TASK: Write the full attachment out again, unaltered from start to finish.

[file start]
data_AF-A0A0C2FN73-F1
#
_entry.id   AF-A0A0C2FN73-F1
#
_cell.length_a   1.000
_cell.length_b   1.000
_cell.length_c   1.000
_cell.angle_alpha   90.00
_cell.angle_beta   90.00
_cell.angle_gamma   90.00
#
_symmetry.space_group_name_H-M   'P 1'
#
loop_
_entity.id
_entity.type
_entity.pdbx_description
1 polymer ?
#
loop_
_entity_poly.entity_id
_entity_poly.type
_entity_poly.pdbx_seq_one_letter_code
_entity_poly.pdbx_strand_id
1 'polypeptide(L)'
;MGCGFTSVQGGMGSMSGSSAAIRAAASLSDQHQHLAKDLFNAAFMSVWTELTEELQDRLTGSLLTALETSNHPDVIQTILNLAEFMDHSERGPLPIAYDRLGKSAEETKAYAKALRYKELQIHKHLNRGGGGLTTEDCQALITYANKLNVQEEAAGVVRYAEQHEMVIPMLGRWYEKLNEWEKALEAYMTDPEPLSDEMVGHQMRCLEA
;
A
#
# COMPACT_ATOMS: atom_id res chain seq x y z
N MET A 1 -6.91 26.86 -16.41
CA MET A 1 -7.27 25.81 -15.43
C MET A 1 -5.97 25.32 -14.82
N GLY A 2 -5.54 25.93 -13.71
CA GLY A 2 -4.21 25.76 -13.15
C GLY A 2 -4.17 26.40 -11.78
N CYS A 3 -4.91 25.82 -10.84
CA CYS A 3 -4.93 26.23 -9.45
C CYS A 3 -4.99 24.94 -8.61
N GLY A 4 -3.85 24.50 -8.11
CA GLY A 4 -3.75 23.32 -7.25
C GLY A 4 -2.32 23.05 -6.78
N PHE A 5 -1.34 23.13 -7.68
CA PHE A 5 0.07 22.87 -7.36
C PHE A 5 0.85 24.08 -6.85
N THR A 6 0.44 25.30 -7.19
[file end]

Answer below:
data_AF-A0A0C2FN73-F1
#
_entry.id   AF-A0A0C2FN73-F1
#
_cell.length_a   1.000
_cell.length_b   1.000
_cell.length_c   1.000
_cell.angle_alpha   90.00
_cell.angle_beta   90.00
_cell.angle_gamma   90.00
#
_symmetry.space_group_name_H-M   'P 1'
#
loop_
_entity.id
_entity.type
_entity.pdbx_description
1 polymer ?
#
loop_
_entity_poly.entity_id
_entity_poly.type
_entity_poly.pdbx_seq_one_letter_code
_entity_poly.pdbx_strand_id
1 'polypeptide(L)'
;MGCGFTSVQGGMGSMSGSSAAIRAAASLSDQHQHLAKDLFNAAFMSVWTELTEELQDRLTGSLLTALETSNHPDVIQTILNLAEFMDHSERGPLPIAYDRLGKSAEETKAYAKALRYKELQIHKHLNRGGGGLTTEDCQALITYANKLNVQEEAAGVVRYAEQHEMVIPMLGRWYEKLNEWEKALEAYMTDPEPLSDEMVGHQMRCLEA
;
A
#
# COMPACT_ATOMS: atom_id res chain seq x y z
N MET A 1 -6.91 26.86 -16.41
CA MET A 1 -7.27 25.81 -15.43
C MET A 1 -5.97 25.32 -14.82
N GLY A 2 -5.54 25.93 -13.71
CA GLY A 2 -4.21 25.76 -13.15
C GLY A 2 -4.17 26.40 -11.78
N CYS A 3 -4.91 25.82 -10.84
CA CYS A 3 -4.93 26.23 -9.45
C CYS A 3 -4.99 24.94 -8.61
N GLY A 4 -3.85 24.50 -8.11
CA GLY A 4 -3.75 23.32 -7.25
C GLY A 4 -2.32 23.05 -6.78
N PHE A 5 -1.34 23.13 -7.68
CA PHE A 5 0.07 22.87 -7.36
C PHE A 5 0.85 24.08 -6.85
N THR A 6 0.44 25.30 -7.19